Matthew Wade questions Australian selectors’ reason for Test exclusion
Matthew Wade: "It's a tough situation to be in, I'm not really sure what we're going to do." © Getty

The discarded wicketkeeper-batsman Matthew Wade has not taken well the explanation given to him for his exclusion from Australia‘s Test squad to play Sri Lanka this month, after having, in his estimation, ticked all the boxes required for a recall.

Wade, who played the last of his 22 Tests in September 2017, is the highest run-getter of the Sheffield Shield with 571 at 63.44 and thus felt that the selectors’ reasoning that he was batting too low for Tasmania “doesn’t make a lot of sense.”

“It’s disappointing for me,” he said on SEN Radio Monday. “It seems the criteria when Justin [Langer] took over was weight of runs, hundreds. I feel like I’m ticking all those boxes and the reasons I’m not getting picked is I’m not batting in the top four. It doesn’t really make a lot of sense.” (ALSO READ: Matthew Wade’s a Justin Langer clone: David Hussey)

When revealing Australia’s squad for two Tests versus Sri Lanka, the chairman of selectors Trevor Hohns was asked why Wade’s name was missing. Hohns replied that selection criteria required Wade to score runs higher up the order; the 31-year-old has batted at No 6 for Tasmania in six games this Shield season.

Wade gave the example of Shaun Marsh batting at No 5 for Western Australia as proof that Australia’s selection panel previously did not look that closely at batting positions in domestic cricket. (ALSO READ: The door is certainly not closed for Shaun Marsh: Trevor Hohns)

“He (Hohns) voiced his opinion about me batting in the top four, I obviously raised that Shaun Marsh bats five for Western Australia,” he said. “The Bellerive pitch is a tough batting wicket. I’ve been at stages like 4 for 50 a lot and I think it’s a specialist position No.5 and No.6. You’ve got to bat with the tail, you probably need someone to set the pace a little bit down there with the tail and kind of build the total a different way than just a specialist batsman.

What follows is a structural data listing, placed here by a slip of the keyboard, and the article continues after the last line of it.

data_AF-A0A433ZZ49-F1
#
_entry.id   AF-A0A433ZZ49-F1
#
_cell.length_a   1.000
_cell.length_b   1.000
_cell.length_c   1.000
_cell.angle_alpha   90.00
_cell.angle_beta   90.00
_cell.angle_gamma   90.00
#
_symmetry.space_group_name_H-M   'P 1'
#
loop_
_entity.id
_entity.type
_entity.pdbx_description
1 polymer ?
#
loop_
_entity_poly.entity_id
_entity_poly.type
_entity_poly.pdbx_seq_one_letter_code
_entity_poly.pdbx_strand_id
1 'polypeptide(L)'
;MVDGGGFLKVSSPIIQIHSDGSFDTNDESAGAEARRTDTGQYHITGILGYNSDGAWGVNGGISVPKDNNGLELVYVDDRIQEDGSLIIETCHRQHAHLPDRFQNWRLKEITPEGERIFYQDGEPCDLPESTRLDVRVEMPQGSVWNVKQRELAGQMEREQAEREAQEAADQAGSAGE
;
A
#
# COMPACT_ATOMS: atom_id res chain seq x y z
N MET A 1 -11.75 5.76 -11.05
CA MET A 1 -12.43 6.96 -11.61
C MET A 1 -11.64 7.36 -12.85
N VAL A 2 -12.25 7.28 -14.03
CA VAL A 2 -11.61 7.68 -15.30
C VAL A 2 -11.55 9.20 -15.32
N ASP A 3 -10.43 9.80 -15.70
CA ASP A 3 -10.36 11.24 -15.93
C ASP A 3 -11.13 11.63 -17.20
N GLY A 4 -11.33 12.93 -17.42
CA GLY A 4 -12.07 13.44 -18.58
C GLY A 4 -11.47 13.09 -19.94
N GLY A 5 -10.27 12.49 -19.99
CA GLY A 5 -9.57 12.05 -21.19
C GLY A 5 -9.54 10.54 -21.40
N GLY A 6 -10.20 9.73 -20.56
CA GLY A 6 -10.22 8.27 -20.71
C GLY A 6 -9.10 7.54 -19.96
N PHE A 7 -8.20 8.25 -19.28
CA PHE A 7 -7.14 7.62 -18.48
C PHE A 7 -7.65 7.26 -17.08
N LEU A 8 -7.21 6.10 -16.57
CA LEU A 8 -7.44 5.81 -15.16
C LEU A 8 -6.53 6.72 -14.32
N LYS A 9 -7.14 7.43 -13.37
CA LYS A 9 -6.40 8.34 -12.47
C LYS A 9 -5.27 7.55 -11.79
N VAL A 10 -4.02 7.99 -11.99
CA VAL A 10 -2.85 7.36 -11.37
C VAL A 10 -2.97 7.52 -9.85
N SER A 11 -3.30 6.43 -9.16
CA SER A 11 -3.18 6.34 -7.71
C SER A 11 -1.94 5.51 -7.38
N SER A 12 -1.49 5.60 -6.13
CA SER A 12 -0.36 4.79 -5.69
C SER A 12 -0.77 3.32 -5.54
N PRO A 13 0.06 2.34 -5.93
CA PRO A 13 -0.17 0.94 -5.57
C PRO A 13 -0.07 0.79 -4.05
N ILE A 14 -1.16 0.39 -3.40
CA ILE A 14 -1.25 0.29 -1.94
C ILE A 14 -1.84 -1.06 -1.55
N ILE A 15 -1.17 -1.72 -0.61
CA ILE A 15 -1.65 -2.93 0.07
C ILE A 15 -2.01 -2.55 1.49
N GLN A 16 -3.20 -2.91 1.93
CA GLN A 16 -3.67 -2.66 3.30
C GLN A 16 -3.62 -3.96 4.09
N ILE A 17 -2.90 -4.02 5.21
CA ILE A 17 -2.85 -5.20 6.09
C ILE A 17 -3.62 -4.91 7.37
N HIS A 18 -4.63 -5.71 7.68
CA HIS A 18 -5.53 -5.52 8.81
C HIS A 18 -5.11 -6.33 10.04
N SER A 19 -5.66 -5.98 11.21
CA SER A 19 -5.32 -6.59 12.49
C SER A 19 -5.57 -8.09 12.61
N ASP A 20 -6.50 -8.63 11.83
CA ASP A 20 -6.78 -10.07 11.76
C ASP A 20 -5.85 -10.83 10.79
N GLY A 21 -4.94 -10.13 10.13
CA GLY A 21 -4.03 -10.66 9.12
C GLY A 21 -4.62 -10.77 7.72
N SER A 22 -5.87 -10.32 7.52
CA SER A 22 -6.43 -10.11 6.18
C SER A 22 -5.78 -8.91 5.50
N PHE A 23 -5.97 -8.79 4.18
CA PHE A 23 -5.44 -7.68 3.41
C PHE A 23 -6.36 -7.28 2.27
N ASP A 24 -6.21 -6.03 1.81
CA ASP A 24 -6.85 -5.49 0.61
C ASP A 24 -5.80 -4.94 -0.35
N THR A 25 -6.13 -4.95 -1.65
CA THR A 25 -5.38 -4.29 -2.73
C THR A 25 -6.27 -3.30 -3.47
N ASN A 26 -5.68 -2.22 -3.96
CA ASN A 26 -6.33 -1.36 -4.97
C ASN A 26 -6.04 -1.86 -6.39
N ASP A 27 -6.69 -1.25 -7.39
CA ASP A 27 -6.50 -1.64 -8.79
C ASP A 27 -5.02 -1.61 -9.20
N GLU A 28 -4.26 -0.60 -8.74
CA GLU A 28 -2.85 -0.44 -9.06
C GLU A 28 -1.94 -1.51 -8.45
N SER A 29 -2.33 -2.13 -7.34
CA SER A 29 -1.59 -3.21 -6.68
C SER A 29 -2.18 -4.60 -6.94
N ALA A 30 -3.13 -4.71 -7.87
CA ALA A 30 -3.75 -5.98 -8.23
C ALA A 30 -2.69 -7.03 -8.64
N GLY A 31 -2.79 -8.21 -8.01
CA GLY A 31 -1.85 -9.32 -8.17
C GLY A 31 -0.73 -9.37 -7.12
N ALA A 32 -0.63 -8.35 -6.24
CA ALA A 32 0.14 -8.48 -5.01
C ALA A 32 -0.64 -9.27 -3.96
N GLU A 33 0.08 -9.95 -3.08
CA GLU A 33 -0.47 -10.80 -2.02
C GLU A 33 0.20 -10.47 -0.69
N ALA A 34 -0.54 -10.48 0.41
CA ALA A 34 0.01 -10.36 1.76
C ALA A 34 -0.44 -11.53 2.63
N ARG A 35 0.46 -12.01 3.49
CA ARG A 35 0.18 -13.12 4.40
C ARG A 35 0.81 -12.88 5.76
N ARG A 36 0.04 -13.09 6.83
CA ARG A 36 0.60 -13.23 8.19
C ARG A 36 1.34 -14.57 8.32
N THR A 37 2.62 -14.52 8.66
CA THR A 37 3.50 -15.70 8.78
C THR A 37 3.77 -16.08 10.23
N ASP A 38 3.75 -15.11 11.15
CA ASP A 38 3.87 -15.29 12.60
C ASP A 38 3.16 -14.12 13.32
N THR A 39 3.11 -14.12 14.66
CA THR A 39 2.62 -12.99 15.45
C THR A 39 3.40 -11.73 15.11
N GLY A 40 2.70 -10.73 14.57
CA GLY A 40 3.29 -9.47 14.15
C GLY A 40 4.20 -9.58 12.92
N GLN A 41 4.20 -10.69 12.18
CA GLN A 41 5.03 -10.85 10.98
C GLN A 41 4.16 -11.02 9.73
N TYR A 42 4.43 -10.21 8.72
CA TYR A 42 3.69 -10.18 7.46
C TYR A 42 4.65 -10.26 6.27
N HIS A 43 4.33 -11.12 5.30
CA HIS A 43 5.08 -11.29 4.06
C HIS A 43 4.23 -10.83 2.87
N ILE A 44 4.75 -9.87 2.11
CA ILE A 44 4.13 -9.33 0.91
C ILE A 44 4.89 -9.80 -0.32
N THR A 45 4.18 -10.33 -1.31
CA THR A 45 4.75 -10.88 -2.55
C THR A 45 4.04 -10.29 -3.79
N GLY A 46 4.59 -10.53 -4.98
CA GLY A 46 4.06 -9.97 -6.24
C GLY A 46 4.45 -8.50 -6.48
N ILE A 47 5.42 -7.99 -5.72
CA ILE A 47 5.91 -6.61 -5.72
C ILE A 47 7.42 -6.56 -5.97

“I think you probably saw that with Peter Handscomb in the last Test. He batted No.6 but he is batting way out of position. He has never really batted too much with the tail in that position. So, yeah, I raised all those points.”

Wade has spent the past two seasons with Tasmania batting at No 5 and 6.

“That’s the reason that I’m getting. That puts me in a position that’s quite tough because I don’t want to be shuffling players around,” Wade said. “I feel like if I give up the gloves completely, and go bat at four, and it doesn’t pan out as well, I feel like the next thing I’ll be hearing is I can’t be picked as the back-up keeper because I’m not keeping. It’s a tough situation to be in, I’m not really sure what we’re going to do. I’m not going to do it just for my own good.

“I’ll sit down with Griff (coach Adam Griffiths), I’ve already had a conversation with him, and we will work out what’s best for Tasmania winning games and if that’s me batting No.5, if that’s me batting No.7, I don’t really care, I’ll go wherever I have to go.”